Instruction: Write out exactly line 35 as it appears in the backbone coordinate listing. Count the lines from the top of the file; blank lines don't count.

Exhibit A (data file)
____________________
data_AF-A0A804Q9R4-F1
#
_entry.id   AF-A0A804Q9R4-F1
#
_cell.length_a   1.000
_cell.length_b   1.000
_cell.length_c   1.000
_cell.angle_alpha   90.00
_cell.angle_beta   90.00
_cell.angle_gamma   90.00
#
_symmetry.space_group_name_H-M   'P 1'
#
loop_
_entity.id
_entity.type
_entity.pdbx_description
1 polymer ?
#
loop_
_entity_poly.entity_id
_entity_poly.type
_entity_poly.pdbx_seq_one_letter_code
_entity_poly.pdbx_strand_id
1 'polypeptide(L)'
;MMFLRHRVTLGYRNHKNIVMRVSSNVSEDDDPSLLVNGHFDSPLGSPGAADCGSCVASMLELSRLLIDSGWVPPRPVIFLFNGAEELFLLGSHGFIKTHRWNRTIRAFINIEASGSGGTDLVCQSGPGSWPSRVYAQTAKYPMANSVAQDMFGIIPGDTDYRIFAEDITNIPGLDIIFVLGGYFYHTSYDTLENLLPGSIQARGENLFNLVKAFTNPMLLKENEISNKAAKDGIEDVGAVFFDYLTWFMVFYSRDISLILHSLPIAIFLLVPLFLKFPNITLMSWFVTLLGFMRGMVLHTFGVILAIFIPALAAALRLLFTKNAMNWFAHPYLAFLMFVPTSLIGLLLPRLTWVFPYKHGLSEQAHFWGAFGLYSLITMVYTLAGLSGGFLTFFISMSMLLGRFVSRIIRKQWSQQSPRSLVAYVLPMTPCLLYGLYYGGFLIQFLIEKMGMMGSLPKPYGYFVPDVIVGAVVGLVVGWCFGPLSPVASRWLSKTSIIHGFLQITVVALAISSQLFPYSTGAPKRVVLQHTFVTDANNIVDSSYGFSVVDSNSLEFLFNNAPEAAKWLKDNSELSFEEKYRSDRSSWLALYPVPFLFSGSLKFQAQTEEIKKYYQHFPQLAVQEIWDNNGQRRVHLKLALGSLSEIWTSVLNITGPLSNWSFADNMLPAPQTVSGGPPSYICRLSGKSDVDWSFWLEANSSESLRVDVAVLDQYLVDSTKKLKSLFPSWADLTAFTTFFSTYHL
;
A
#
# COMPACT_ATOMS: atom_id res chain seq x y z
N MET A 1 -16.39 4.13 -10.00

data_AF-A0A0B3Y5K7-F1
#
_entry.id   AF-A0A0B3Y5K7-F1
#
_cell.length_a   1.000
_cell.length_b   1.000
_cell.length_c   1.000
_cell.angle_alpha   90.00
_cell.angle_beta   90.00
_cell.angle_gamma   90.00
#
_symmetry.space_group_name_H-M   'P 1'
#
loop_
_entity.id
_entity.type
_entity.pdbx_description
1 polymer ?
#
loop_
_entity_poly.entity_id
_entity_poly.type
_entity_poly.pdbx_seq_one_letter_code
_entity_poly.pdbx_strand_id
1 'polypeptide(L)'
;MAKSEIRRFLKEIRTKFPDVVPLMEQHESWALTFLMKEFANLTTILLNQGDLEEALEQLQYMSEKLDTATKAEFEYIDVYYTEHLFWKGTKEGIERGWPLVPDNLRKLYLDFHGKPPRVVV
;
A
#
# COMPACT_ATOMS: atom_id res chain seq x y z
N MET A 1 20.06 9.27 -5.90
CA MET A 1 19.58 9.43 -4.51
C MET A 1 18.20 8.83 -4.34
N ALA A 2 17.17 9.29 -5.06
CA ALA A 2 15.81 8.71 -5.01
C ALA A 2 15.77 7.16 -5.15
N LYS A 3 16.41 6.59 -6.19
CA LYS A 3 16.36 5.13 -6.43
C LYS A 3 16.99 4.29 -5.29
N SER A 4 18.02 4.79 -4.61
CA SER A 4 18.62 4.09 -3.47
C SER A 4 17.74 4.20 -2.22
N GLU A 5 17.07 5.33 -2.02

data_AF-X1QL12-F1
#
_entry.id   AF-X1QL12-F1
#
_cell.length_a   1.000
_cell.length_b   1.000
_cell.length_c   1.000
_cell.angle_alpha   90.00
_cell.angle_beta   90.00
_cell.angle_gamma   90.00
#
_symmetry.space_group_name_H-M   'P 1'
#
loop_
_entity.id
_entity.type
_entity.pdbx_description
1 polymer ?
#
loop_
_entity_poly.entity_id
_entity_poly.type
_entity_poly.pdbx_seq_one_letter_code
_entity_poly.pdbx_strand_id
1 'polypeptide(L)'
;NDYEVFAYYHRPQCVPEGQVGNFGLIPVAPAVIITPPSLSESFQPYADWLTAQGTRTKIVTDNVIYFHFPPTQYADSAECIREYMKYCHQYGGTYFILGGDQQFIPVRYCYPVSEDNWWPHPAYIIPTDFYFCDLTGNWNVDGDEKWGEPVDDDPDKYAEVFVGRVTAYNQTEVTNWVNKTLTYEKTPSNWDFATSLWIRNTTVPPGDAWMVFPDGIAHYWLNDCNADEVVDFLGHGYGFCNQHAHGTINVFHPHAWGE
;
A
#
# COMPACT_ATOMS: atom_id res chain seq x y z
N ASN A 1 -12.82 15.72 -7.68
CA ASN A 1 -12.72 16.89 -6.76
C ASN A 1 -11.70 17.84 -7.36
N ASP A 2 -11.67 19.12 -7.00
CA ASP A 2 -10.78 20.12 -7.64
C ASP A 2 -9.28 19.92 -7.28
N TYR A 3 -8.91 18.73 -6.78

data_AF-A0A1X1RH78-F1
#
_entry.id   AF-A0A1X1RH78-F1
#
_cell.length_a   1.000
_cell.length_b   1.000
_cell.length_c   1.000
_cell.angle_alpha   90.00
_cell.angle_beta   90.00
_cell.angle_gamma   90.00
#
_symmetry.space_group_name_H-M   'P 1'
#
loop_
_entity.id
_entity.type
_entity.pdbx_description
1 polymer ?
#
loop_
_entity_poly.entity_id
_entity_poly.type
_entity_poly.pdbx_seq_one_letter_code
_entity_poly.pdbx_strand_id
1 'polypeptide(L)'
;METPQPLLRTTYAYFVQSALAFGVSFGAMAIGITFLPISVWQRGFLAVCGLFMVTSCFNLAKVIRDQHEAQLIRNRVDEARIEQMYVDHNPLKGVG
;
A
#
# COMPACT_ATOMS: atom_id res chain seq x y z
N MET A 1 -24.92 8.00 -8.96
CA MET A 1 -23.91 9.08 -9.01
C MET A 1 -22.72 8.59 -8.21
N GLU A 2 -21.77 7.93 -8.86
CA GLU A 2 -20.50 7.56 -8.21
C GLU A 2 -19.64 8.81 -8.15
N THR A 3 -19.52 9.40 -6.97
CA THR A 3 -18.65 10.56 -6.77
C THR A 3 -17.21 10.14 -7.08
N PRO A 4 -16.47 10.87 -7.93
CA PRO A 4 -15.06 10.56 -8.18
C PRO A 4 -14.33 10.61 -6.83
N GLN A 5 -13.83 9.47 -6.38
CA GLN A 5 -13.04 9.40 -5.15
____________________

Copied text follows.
#